Arrived suddenly in the limelight because given as a fundamental requirement for Windows 11, the TPM 2.0 has existed for several years and was also one of the foundations of Windows 10. However, Microsoft never really made it necessary. Based on this novelty, many perplexities and a lot of disinformation have arisen, so it is essential to clarify.
An Iron Library
The TPM (Trusted Platform Module) is a name under which a whole series of technologies are compressed to make the storage of information in a Personal Computer more secure, under the watchful eye of the Trusted Computing Group. Some of the features of the chip can also be simulated via software. Still, it is undeniable that having a dedicated chip is a big help from a performance point of view and much more difficult to circumvent.
The world of PCs (Intel / AMD / Qualcomm / Microsoft) is not the only one attentive to this technology. For some years, Apple has also begun the integration of a T2 hardware chip that, in many ways, serves the same task. Although T2 also acts as a co-processor and operates quite differently from that point of view.
The Results Of The TPM
The TPM’s job is to act as a vault for authentication keys and provide far more security than the basic one usually performed by software. The TPM enables the activation of some processes that require authentication, such as Bitlocker, Windows Hello, and Secure Boot, and several Apps that require advanced and encrypted security to work. If the TPM is bypassed, access to data is likely not resolved, which can also mean complete data loss in extreme cases, which is a lesser evil, than leaving it in the wrong hands. This concept is fundamental from a business, and economic point of view since the data on a disc often exceeds the value of the disc itself.
The presence of TPM is one of the requirements of Windows 11: with this move, Microsoft certifies what is promised with Windows 10. It puts security at the base of the entire IT infrastructure, particularly for private users who, until now, had practically ignored this technology but now find it available. Suppose it is indeed true that, for now, it is possible to eliminate the control of the TPM in the start-up phase. In that case, it is likely that in the future, this possibility will be forbidden so that malicious users do not undermine the stability of the data first.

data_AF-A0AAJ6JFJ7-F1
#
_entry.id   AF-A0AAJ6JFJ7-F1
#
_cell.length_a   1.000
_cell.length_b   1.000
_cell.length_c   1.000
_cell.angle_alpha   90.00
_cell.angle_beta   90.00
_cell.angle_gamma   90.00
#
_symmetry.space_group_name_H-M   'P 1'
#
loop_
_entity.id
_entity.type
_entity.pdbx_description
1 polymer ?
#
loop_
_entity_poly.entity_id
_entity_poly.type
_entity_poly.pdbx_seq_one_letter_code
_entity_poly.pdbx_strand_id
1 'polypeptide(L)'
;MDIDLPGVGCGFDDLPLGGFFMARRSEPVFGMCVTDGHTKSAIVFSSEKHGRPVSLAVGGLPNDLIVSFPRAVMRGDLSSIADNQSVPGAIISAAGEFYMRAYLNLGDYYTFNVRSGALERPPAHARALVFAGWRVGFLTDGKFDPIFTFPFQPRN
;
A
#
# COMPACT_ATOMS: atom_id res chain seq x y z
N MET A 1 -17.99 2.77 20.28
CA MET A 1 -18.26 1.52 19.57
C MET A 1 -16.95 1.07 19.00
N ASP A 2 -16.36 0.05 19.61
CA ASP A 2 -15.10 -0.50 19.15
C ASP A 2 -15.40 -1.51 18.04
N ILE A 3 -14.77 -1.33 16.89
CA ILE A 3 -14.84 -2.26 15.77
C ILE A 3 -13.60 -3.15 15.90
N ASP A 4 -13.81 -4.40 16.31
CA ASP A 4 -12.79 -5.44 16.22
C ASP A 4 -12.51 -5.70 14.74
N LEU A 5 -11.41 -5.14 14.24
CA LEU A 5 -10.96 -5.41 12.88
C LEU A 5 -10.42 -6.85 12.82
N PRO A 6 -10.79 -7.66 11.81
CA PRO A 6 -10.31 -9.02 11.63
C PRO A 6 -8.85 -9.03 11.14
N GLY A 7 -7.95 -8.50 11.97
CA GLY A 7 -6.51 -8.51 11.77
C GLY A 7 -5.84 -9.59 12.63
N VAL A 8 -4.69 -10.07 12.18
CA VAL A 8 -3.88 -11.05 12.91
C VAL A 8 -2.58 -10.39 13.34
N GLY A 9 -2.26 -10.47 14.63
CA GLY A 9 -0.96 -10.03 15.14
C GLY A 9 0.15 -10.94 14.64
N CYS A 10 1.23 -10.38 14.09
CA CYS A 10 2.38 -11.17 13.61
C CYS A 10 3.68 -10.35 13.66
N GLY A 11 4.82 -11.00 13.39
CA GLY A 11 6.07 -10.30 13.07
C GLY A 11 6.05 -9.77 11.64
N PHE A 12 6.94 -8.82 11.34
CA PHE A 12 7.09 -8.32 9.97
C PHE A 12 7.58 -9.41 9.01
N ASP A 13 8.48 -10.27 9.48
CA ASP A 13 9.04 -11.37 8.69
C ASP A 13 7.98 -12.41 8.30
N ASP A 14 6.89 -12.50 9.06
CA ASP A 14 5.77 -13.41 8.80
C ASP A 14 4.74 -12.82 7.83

For some users, Microsoft’s obligation to have a TPM 2.0 active on the PC to install Windows 11 was designed to invite users to upgrade their hardware or even to bind them to a proprietary operating system. Nothing could be more wrong: TPM is just a control system, not a technology that hangs one way.
Users whose PCs have a built-in and active TPM are free to use Windows and other operating systems (several Linux distros also support TPM) as long as these are proven safe enough not to compromise the entire system. Microsoft is asking for a security guarantee since security is one of the pillars of building Windows 11. Users with an older TPM can ask the vendor if a firmware update is possible or stay with Windows 10, which will still be supported until 2025.
Windows 10 Compatible HP Devices Supported Up To 2025
The most advanced models of HP PCs, notebooks, and laptops are all compatible with the Windows 10 operating system – supported, as we mentioned, until 2025 – and will gradually be upgraded to Windows 11. Windows 10 is the operating system with automatic updates without additional costs for users, characterized by total support for universal apps, a mouse-oriented interface, and one optimized for touchscreen and a virtual desktop system. Of the newer models unveiled at CES 2021 by HP, all of them support Windows 10, including:
- HP Elite Dragonfly G2, the ultra-thin and light model even more potent than the Elite Dragonfly family
- HP Elite Dragonfly Max delivers a fantastic experience explicitly designed for portability, enhanced collaboration, and seamless remote working.
- HP EliteBook 840 G8 Aero, which allows people to have the freedom to move and meet the needs of flexible work.
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